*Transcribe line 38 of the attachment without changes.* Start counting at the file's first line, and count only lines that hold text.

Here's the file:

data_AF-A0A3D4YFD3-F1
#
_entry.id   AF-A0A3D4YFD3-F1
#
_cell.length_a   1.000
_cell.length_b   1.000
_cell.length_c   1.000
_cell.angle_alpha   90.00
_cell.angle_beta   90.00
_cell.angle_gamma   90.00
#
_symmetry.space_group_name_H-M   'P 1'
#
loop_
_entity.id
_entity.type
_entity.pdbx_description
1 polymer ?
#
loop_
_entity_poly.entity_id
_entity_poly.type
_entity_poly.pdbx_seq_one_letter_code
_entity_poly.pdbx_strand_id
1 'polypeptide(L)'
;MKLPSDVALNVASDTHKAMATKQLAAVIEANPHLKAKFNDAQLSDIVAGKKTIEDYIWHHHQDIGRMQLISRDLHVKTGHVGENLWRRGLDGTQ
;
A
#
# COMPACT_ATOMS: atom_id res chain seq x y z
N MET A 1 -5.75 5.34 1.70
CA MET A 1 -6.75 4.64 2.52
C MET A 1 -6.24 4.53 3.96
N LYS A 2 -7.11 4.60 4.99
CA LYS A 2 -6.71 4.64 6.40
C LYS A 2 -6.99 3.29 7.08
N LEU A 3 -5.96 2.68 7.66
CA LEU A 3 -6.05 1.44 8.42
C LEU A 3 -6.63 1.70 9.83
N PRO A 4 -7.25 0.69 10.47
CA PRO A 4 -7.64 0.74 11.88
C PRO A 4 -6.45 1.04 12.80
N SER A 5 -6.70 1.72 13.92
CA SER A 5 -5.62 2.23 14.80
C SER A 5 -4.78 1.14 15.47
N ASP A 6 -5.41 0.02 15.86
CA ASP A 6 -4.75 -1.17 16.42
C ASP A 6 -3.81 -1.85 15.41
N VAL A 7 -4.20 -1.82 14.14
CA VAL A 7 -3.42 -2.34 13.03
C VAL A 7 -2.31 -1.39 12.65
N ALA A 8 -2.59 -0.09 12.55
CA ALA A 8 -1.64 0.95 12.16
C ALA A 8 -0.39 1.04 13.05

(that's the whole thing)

CA LEU A 3 -6.05 1.44 8.42